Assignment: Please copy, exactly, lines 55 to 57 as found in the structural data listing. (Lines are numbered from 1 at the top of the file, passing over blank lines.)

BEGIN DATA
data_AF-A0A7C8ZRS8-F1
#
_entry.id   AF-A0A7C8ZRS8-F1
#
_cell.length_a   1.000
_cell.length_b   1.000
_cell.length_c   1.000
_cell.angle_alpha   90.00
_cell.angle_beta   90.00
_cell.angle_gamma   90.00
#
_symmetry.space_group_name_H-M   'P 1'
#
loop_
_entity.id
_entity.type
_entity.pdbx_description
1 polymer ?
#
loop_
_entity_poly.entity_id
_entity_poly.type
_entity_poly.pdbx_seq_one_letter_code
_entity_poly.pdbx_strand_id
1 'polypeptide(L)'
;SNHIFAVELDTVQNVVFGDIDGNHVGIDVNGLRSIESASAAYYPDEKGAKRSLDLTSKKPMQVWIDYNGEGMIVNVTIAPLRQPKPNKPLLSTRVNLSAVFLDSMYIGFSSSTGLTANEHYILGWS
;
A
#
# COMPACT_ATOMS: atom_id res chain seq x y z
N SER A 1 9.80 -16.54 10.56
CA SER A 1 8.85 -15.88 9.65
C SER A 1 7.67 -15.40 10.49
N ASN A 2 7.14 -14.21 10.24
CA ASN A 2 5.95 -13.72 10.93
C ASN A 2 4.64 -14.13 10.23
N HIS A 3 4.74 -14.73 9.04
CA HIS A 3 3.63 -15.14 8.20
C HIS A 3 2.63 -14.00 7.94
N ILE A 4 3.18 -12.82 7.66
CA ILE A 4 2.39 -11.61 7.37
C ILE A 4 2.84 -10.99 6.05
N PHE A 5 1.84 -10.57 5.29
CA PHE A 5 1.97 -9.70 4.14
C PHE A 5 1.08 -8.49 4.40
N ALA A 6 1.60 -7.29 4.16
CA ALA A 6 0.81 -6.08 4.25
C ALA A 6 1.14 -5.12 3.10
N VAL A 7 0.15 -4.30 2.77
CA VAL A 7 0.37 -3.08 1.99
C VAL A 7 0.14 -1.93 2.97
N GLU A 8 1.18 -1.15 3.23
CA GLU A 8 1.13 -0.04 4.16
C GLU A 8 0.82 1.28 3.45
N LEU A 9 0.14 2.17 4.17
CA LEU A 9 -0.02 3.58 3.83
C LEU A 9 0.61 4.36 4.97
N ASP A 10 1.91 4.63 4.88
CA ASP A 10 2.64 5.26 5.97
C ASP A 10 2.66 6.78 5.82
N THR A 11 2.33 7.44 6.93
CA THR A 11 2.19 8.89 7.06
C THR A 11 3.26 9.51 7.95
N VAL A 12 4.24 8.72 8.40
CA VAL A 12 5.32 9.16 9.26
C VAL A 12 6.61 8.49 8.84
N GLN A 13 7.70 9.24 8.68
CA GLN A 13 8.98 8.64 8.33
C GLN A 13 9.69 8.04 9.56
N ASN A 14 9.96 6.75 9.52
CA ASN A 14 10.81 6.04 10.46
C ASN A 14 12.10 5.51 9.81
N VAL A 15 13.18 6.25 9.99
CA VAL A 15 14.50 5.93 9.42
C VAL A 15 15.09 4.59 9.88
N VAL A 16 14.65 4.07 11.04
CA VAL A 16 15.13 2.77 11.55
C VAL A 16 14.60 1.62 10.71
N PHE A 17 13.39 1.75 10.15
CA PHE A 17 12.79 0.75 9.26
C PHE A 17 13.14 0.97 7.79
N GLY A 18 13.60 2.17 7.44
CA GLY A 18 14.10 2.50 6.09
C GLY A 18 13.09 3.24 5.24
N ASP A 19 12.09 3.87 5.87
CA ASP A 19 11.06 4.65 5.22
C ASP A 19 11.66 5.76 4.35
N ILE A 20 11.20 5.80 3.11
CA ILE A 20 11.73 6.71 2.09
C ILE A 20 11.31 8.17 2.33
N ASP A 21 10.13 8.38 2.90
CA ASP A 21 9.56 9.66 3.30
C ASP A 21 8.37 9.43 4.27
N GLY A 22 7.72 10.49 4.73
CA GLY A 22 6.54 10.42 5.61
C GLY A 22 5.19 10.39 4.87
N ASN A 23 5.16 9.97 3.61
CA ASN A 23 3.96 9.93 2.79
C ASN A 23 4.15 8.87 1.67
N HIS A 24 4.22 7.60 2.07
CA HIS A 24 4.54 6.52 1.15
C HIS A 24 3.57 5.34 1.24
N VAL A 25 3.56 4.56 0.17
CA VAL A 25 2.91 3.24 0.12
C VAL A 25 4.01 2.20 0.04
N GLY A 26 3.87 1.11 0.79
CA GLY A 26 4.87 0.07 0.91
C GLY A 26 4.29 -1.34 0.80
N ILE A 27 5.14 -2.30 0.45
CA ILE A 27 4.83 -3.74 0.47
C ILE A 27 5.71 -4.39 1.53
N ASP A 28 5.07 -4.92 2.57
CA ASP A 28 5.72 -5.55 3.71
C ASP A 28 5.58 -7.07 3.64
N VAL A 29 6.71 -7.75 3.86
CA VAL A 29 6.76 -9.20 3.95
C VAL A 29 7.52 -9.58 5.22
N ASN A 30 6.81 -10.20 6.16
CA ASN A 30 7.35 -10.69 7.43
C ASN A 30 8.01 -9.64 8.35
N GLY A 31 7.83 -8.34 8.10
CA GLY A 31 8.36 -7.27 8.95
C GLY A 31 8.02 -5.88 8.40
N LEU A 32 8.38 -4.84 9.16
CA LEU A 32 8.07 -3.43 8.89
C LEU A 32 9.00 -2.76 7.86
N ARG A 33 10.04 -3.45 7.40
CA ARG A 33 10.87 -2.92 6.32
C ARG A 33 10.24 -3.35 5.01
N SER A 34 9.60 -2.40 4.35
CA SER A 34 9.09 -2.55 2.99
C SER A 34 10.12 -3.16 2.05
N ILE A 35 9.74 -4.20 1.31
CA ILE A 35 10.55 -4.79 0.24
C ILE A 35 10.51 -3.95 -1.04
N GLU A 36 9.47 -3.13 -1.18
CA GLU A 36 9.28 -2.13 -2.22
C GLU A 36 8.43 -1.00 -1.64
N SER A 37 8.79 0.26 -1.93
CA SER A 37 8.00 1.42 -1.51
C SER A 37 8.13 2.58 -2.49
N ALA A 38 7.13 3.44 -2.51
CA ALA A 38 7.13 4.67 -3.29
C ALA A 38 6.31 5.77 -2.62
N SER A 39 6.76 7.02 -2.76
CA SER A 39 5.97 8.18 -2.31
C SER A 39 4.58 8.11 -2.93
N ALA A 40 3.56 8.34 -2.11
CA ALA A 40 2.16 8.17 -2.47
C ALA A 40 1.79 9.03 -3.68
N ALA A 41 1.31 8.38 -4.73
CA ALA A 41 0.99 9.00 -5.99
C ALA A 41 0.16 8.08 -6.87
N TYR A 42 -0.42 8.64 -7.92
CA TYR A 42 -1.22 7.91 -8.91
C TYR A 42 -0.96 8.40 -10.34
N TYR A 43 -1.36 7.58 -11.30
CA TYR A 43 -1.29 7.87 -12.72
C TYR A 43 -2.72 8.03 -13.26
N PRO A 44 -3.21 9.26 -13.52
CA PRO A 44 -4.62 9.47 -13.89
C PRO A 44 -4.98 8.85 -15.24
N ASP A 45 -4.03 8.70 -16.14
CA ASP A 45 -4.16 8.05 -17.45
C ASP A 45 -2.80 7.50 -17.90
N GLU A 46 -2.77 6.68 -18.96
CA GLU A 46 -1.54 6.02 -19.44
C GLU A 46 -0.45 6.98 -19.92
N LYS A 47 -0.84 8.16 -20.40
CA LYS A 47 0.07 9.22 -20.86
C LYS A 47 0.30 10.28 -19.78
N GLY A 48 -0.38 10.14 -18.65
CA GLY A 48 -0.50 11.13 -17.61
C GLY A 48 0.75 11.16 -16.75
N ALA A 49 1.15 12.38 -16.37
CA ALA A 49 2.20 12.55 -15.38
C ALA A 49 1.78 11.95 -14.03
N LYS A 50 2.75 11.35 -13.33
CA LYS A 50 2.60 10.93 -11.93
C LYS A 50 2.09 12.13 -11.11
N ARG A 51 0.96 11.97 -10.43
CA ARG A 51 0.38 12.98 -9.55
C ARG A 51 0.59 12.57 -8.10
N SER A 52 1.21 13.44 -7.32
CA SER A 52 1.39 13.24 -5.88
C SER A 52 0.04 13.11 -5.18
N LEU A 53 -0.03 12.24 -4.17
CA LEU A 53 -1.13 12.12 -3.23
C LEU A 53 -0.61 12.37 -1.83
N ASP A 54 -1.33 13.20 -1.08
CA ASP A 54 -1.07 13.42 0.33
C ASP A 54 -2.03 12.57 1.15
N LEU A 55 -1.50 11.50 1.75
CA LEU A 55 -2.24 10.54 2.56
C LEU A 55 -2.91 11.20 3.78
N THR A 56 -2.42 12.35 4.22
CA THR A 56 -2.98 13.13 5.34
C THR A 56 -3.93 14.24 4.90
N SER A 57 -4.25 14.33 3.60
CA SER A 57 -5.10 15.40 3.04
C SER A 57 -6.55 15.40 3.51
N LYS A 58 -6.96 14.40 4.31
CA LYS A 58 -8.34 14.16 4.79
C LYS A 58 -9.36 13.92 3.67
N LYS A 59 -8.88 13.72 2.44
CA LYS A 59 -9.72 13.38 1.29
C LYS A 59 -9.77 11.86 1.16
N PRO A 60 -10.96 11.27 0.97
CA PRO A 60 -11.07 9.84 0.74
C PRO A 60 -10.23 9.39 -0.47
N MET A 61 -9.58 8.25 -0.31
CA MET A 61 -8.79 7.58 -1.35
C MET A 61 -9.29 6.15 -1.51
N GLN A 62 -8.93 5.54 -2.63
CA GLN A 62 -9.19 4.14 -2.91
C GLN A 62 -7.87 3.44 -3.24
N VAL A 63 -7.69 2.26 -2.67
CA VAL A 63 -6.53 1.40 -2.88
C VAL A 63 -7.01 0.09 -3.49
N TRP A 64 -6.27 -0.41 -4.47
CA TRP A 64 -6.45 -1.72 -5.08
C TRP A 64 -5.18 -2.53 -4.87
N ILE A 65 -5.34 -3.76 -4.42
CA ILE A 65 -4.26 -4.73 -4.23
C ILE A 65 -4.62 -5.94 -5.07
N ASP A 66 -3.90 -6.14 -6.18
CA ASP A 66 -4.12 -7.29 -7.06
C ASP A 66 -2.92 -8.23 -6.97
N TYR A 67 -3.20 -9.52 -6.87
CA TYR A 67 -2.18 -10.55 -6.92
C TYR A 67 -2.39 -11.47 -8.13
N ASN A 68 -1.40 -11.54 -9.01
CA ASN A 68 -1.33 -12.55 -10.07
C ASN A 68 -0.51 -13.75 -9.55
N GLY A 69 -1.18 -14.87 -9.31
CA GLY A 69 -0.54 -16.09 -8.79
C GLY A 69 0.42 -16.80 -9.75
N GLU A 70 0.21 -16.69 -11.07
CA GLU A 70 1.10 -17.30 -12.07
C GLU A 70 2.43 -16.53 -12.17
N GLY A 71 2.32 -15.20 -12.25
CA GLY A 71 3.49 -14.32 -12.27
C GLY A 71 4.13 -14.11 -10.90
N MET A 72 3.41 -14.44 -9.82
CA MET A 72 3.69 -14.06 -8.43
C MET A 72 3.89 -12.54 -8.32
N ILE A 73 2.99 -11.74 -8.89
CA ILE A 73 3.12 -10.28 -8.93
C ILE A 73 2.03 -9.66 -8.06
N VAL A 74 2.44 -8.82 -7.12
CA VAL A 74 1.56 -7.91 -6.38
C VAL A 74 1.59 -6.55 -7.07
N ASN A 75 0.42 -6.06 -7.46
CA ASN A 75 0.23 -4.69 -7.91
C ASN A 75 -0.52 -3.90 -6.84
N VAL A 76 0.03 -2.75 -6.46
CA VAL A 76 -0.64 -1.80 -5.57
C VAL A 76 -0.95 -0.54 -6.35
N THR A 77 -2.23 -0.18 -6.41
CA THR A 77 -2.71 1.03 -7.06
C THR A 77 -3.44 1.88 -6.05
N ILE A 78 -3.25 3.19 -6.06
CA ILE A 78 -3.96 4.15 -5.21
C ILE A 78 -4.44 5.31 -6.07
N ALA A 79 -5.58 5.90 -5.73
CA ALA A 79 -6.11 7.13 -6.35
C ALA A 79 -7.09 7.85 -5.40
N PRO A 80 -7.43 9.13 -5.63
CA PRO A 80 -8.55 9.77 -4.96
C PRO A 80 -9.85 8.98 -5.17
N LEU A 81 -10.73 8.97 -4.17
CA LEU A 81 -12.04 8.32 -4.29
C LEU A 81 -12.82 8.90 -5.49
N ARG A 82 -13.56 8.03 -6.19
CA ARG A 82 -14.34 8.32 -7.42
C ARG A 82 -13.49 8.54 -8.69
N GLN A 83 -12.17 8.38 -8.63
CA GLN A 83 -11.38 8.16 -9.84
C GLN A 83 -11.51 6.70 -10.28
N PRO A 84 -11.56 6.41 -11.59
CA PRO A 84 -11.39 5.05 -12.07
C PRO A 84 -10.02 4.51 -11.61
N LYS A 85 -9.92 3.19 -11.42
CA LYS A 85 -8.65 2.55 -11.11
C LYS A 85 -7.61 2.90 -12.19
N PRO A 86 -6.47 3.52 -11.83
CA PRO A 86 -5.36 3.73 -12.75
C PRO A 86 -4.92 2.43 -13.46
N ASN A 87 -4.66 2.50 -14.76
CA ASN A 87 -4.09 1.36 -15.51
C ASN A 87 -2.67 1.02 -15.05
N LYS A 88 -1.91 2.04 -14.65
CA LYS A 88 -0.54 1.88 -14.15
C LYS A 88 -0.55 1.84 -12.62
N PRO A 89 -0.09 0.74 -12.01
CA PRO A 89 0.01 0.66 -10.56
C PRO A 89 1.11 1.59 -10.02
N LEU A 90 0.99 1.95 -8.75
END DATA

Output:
N LEU A 9 0.14 2.17 4.17
CA LEU A 9 -0.02 3.58 3.83
C LEU A 9 0.61 4.36 4.97